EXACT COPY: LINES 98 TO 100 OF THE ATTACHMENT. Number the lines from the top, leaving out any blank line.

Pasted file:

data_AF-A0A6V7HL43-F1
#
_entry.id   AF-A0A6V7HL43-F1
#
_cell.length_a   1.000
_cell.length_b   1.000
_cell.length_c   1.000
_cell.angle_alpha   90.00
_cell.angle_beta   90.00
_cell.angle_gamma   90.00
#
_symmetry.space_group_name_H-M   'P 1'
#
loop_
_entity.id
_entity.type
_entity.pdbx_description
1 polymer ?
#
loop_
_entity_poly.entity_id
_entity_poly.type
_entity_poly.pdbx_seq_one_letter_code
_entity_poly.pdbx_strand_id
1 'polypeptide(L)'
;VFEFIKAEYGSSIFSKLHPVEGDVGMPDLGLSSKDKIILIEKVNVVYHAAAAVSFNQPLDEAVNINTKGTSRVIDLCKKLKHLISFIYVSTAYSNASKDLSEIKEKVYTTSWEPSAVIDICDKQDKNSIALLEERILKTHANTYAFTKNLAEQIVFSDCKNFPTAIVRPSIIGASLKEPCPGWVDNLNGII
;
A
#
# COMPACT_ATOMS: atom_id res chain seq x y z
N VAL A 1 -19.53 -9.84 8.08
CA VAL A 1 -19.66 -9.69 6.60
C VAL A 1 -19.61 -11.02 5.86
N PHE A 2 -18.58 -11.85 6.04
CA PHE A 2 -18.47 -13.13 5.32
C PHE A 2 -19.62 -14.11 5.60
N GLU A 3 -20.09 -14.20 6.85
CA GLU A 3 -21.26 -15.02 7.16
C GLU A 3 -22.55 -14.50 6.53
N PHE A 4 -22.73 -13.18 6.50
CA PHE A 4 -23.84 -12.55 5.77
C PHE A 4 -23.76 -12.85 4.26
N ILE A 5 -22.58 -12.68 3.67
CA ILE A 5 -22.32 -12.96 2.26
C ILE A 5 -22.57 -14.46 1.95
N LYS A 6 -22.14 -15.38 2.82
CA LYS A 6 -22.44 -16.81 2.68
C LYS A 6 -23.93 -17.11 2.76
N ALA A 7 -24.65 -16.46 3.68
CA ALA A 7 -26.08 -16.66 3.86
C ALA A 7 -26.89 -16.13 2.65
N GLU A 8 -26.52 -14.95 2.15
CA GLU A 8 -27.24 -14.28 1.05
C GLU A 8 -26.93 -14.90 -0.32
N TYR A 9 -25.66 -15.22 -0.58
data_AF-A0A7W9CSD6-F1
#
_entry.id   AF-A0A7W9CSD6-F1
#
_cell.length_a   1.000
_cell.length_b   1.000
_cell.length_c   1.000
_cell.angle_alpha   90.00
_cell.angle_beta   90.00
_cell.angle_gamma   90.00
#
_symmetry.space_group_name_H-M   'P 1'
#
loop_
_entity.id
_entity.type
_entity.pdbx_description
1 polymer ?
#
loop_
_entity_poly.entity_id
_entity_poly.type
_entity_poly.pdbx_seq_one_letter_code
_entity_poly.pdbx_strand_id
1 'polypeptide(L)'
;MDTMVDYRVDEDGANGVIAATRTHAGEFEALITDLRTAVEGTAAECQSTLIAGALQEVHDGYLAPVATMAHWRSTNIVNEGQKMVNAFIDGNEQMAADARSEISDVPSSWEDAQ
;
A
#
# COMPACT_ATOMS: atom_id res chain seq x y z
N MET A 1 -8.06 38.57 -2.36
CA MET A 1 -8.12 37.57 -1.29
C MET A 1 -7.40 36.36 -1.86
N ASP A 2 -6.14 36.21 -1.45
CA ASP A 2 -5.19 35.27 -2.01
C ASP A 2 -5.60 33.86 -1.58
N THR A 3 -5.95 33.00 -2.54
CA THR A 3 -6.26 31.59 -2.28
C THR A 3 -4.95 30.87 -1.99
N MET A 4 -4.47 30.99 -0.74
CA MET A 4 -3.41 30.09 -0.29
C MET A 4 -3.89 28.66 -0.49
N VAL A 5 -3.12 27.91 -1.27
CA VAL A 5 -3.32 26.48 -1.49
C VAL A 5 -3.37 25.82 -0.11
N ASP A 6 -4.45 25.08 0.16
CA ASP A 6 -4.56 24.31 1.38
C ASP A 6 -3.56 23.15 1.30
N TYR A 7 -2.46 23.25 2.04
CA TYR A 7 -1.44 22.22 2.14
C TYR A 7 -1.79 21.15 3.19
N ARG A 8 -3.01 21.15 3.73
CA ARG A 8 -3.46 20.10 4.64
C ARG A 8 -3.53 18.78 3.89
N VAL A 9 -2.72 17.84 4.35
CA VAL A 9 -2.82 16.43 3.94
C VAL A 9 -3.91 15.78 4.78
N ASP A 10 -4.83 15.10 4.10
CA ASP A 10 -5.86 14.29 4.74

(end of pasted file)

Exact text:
N VAL A 5 -3.12 27.91 -1.27
CA VAL A 5 -3.32 26.48 -1.49
C VAL A 5 -3.37 25.82 -0.11